If you're new to real estate, you may have heard the term 'inspection' but may not know what it means. While not mandatory, a home inspection is an important step in the home buying process and should not be avoided if possible. Below you'll find more information on home inspections and what they entail. What is the home inspection?
An inspection is defined as as assessment "of the property's condition, including its heating and cooling systems, plumbing, electrical work, water, and sewage, as well as some fire and safety issues" (Investopedia). An inspection is performed by a home inspector; depending on where you live, s/he may or may not be licensed or certified, but it's highly likely s/he is governed and/or regulated in some way by the state. You can find a list for 2023 state-by-state home inspector licensing requirements here. The inspection is generally done at the request of the buyer or a condition of the property sale. The party that pays for the inspection is decided upon by the buyer and seller. What does the inspection cover?
A traditional/standard home inspection consists of a visual inspection of all readily accessible parts/areas of the home. These generally include:
- Structural and exterior components
- Electrical panel
- Plumbing (of which is accessible)
- Heating and cooling systems
- Major appliances (oven, fridge, dishwasher, etc.)
- Fireplaces and/or wood stoves
- Windows and doors
An inspector will spend the majority of his/her time looking for issues that could impact the integrity of the property. A good inspection can take up to 6 hours to complete; the more thorough the inspector, the longer the inspection.Is an inspection necessary?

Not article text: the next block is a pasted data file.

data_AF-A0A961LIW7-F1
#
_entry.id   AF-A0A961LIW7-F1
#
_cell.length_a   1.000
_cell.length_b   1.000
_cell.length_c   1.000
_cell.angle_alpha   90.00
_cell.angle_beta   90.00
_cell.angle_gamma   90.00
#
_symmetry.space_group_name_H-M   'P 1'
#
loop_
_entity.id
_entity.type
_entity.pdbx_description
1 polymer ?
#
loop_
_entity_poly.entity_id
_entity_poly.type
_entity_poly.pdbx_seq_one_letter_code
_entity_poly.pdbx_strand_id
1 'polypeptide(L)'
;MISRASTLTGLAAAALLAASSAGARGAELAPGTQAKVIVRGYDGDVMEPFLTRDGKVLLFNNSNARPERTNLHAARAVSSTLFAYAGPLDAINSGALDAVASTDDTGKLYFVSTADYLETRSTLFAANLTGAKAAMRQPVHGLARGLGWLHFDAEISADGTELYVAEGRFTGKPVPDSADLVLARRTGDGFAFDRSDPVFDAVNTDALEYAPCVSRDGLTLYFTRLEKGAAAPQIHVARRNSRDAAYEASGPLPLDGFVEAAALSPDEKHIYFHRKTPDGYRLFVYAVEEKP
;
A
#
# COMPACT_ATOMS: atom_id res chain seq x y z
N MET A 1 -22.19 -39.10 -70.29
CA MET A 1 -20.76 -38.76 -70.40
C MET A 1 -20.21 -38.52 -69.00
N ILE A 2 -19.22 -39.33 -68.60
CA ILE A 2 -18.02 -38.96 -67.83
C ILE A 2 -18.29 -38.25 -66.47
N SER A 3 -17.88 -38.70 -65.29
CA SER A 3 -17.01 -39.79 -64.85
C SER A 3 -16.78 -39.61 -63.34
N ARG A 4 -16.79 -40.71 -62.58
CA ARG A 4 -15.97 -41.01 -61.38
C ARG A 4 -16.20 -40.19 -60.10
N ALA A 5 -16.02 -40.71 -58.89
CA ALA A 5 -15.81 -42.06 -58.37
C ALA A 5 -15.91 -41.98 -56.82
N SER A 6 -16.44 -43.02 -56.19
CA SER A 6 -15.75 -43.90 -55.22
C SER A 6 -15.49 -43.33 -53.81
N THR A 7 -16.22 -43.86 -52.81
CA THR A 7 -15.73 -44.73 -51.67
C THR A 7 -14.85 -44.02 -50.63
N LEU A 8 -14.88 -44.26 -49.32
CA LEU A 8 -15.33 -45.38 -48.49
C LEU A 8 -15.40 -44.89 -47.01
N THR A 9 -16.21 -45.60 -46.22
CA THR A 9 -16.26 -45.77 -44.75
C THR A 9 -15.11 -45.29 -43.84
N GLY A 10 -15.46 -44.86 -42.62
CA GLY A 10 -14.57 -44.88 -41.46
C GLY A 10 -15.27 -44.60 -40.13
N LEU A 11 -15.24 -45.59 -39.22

An inspection is not necessary for a property sale, but it is highly advised that anyone buying a property have at least one inspection done before the sale is final. Many believe that an inspection is required for a mortgage loan - this is a myth: an inspection is not a requirement for a mortgage loan. Some mix up an inspection with an appraisal - an appraisal gives a dollar value to a home; an inspection points out the issues and flaws within the home. An inspection is an excellent tool for any buyer to get a bigger picture into their potential new property.What does it not cover?
A standard inspection can be pretty thorough, but it doesn’t cover every aspect of a property. Things that are generally not included in a typical inspection are:
- Conditions within walls
- Hazardous materials
- Items attached to the roof (solar panels, antennas, etc.)
- Sewer or septic systems
- Detailed electrical items
- Swimming pools or hot tubs
- Geological issues
An inspector will spend time visually inspecting the property, but they will not tear apart walls, dig up the ground, or do anything beyond general inspection. Are there other kinds of inspections?
Again, a standard inspection can be pretty thorough, but it's not going to cover every issue a property may have. For this reason, there are other inspections a buyer can do on top of a basic inspection. These include:
- Radon testing
- Hazardous materials (lead, asbestos, etc.) testing
- Mold testing
- Foundation inspection
- Septic/Sewer inspection
- HVAC inspection
- Crawlspace inspection
- Advanced electrical inspection
- Pest inspection
- Many more
Buying a home is a big event - you don't want to get to the finish line, sign the papers, and then realize your new home isn't at its best. If you can, get an inspection. Some sellers sell with the stipulation of "sold as is" - if this is the case for your new property, you can still have an inspection done, it just may not impact the terms of the sale. The bottom line: make it a point to have an inspection performed to know what you're getting into with your new home.
If you've had an inspection done before, what are some of the items your inspector discovered?